How Leo Fender Started the Guitar Company That Changed the World
When Leo Fender and his colleagues launched the first solid-body Fender electric guitar in 1950 almost everyone who saw him thought he had gone mad. Fender’s early amplifiers were good, but a solid body guitar? Every player knew that guitars were hollow. They looked inside. It was obvious: they were lightweight and there were holes in the top to let the beautiful sound out.
Every maker knew it took craftsmanship, skill and care to build a guitar: bend the wooden sides, carve or press the top and back, carefully build a special box that transformed what the guitarists were playing in a beautiful sound.
Since the 1930s, Rickenbacker, National, Gibson, Epiphone and others had made electric guitars. They were hollow-body archtop guitars with built-in pickups and controls, but (with a few exceptions) had little effect on players. Gibson defined the style of the best hollow-body electrics and had just launched the accomplished ES-175.
Leo, however, was thinking outside the box. In fact, he decided to make a guitar with no body at all: a solid-body electric. Rickenbacker had released a solid bakelite guitar in 1935, but it was small and clumsy. Around 1940, guitarist Les Paul built himself a trio of solid neck-thru-neck guitars. And in 1948 – about 15 miles west of Fender’s operations in Fullerton, Calif. – Paul Bigsby built an electric guitar with a solid neck-thru-body for guitarist Merle Travis.
Leo Fender’s new solidbody guitar – first called the Esquire, then Broadcaster, and finally Telecaster – was, unlike those experiments, aiming for commercial success.
Solitary vision, team effort
Leo had started his professional life in the 1930s as an accountant. He had been unfit for military service in World War II – losing an eye after a childhood illness – and during the war continued to run his radio shop.
When the war ended, he ran a short-lived business, K&F, making electric guitars and lap-steel amps with his friend, guitarist Doc Kauffman. But in 1946 he had a new operation called Fender Manufacturing. Leo continued making the steels and amps, now with his new Fender logo, and expanded to new premises in Fullerton.
Doc had left the partnership because he was tired of Leo’s stubborn, hard-working ways. Leo was an introverted and hardworking man, prone to long hours and happiest when he was alone, drawing plans for another project or playing with a new machine. For him, the fewer people in the way, the better.
And generally speaking, Leo was – according to Leo – the only one capable of doing such things. Yet he wasn’t even a player; Leo took a few piano lessons before trying the saxophone (never seriously), and never learned the guitar.
But he believed that if there was a product on the market, he could build it better and cheaper – and make a profit in the process. Despite spectacular later successes, in the early years the new Fender company nearly failed. It’s Leo’s sheer determination and his chance to surround himself with smart, dedicated people who will help him through the crunch in these trying times.
Don Randall became a partner of Leo in the Fender company, leading the business arm of the company and becoming arguably the most important person in developing Fender’s success. George Fullerton joined Fender in 1948 and quickly became what a colleague described as “Leo’s faithful workhorse”.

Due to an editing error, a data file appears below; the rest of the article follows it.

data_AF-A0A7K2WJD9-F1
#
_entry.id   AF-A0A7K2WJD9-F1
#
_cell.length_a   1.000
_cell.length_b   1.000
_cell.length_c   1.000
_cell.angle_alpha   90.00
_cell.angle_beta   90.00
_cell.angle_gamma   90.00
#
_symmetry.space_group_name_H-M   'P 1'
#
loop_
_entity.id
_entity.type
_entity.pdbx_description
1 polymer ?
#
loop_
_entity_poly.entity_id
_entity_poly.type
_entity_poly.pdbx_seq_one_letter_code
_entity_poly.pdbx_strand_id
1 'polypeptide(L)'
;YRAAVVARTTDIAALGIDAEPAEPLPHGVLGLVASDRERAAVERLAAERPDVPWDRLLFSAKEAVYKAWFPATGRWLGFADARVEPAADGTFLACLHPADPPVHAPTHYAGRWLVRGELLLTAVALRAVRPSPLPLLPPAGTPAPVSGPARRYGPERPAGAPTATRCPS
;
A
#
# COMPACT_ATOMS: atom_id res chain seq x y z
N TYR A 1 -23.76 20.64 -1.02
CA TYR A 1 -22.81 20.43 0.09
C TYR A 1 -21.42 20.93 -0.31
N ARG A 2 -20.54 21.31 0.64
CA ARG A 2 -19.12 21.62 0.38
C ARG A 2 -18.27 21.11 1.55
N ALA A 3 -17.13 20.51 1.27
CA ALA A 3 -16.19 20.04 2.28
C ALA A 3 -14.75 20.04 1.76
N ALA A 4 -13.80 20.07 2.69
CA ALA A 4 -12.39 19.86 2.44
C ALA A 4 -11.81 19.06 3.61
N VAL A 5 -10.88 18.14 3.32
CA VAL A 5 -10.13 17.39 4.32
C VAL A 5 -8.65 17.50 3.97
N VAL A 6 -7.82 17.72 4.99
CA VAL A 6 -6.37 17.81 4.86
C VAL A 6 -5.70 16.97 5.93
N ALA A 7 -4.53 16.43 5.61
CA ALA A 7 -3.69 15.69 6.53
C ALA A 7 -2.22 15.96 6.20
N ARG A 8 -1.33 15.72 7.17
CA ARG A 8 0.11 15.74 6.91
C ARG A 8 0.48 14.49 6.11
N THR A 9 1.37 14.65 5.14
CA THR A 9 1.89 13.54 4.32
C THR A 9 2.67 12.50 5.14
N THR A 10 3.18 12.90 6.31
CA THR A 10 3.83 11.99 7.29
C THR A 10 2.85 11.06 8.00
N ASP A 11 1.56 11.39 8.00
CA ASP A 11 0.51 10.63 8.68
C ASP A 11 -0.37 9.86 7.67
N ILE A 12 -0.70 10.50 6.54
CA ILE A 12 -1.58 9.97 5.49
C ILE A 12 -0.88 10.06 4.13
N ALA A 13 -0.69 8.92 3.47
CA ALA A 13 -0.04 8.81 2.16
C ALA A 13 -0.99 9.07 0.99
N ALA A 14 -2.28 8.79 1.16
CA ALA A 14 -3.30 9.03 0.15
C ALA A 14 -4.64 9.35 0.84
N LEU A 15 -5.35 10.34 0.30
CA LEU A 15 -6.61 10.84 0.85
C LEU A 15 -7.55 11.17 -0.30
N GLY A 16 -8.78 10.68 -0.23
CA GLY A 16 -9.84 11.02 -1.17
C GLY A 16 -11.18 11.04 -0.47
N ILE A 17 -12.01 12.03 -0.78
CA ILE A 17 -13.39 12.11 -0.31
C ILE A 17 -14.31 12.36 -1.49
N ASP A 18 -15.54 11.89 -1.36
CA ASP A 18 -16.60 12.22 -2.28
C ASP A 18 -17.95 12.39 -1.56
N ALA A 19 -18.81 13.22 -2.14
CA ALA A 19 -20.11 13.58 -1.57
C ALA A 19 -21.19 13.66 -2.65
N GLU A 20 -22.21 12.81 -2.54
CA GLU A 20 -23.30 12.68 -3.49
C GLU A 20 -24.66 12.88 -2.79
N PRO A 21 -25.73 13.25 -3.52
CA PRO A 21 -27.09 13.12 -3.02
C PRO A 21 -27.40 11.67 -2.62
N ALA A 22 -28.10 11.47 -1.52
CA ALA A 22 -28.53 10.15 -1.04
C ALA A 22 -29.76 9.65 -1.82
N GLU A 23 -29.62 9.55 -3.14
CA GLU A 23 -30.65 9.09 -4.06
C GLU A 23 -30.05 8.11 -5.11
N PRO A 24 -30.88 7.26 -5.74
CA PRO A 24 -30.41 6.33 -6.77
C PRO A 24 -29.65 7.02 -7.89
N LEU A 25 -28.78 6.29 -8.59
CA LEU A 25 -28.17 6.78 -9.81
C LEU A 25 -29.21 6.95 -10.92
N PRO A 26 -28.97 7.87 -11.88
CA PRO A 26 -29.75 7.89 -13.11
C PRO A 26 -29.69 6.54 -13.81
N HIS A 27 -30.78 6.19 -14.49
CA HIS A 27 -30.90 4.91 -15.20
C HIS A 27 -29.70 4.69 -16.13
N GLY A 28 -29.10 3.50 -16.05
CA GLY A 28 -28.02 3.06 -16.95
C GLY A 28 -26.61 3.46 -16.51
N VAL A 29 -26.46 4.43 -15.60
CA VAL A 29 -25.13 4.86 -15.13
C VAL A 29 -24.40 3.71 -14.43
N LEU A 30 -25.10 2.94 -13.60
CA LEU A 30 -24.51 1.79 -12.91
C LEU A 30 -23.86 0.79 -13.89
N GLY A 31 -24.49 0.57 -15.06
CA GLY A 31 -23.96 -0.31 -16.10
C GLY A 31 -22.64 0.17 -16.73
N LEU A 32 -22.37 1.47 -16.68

Leo’s wife was also important. Lack of cash was almost ubiquitous at Fender in the early days. There were times when it was difficult to cash Fender’s checks, especially if Esther Fender was late getting her paycheck from the phone company where she worked.
Bob Perine of the Perine-Jacoby agency took over Fender advertising in 1957, launching the classic “Neither shall you part with yours…” series of advertisements. Forrest White joined the team in 1954 to take over management of the Fender factory. He reorganized this vital part of the business into an efficient and effective production base.
Music for the masses
The Fender team was now in place, and their mass production techniques at the Fullerton factory were working like a charm. There were all sorts of machines, some for winding mics – Heath Robinson cases with wheels and pulleys – while one area housed a few ad hoc finishing spray booths along a wall of racks for drying the pulverized bodies.
There were punching machines for making metal parts and benches for final assembly. One worker would screw in the pickguards, bridges, and tuners, then another would take over and solder the electronics together. Finally, new guitars would be hung up and tested through an off-the-line Fender amp.
Most early 1950s Fenders were only available in standard finishes: blonde for Teles, Esquires and Precisions, sunburst for Strats. But by 1956 “player’s choice” colored guitars became an option, and the following year these DuPont paint finishes were appearing in Fender’s catalogs as “custom” colors, a label that has remained ever since. Players started seeing Fenders in Dakota Red, Lake Placid Blue, Inca Silver, Surf Green and the like, but generally refused to hang such garish things around their necks. This means that they are now earning small fortunes.
Fender entered the 1960s in dynamic form. In July 1962, the price list included nine electrics (these were the Duo-Sonic, Esquire, Esquire Custom, Jaguar, Jazzmaster, Musicmaster, Stratocaster, Telecaster and Telecaster Custom) and three basses (Precision Bass, Jazz Bass and VI) , with 13 amps, five steel guitars and two steel pedals rounding out the lineup. But in 1965, a surprise looms. Leo Fender would sell the company [to CBS] which still bears his name.